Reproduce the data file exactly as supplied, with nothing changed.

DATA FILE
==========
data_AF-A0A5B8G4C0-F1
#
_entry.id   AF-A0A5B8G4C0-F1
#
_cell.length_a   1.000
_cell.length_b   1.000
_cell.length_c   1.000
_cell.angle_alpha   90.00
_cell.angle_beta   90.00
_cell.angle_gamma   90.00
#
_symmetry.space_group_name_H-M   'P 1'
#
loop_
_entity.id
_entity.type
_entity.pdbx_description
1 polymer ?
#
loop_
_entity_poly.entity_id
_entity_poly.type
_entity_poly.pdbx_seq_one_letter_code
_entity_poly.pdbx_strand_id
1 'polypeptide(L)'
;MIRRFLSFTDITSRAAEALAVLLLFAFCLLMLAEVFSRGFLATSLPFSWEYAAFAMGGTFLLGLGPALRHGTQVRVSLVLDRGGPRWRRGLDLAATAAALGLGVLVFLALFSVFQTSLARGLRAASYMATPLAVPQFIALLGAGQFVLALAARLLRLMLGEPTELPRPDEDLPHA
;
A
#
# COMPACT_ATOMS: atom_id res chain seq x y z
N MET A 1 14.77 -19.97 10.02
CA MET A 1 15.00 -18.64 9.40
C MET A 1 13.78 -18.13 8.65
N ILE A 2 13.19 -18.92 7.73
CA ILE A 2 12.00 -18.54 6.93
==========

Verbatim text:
data_AF-A0A5B8G4C0-F1
#
_entry.id   AF-A0A5B8G4C0-F1
#
_cell.length_a   1.000
_cell.length_b   1.000
_cell.length_c   1.000
_cell.angle_alpha   90.00
_cell.angle_beta   90.00
_cell.angle_gamma   90.00
#
_symmetry.space_group_name_H-M   'P 1'
#
loop_
_entity.id
_entity.type
_entity.pdbx_description
1 polymer ?
#
loop_
_entity_poly.entity_id
_entity_poly.type
_entity_poly.pdbx_seq_one_letter_code
_entity_poly.pdbx_strand_id
1 'polypeptide(L)'
;MIRRFLSFTDITSRAAEALAVLLLFAFCLLMLAEVFSRGFLATSLPFSWEYAAFAMGGTFLLGLGPALRHGTQVRVSLVLDRGGPRWRRGLDLAATAAALGLGVLVFLALFSVFQTSLARGLRAASYMATPLAVPQFIALLGAGQFVLALAARLLRLMLGEPTELPRPDEDLPHA
;
A
#
# COMPACT_ATOMS: atom_id res chain seq x y z
N MET A 1 14.77 -19.97 10.02
CA MET A 1 15.00 -18.64 9.40
C MET A 1 13.78 -18.13 8.65
N ILE A 2 13.19 -18.92 7.73
CA ILE A 2 12.00 -18.54 6.93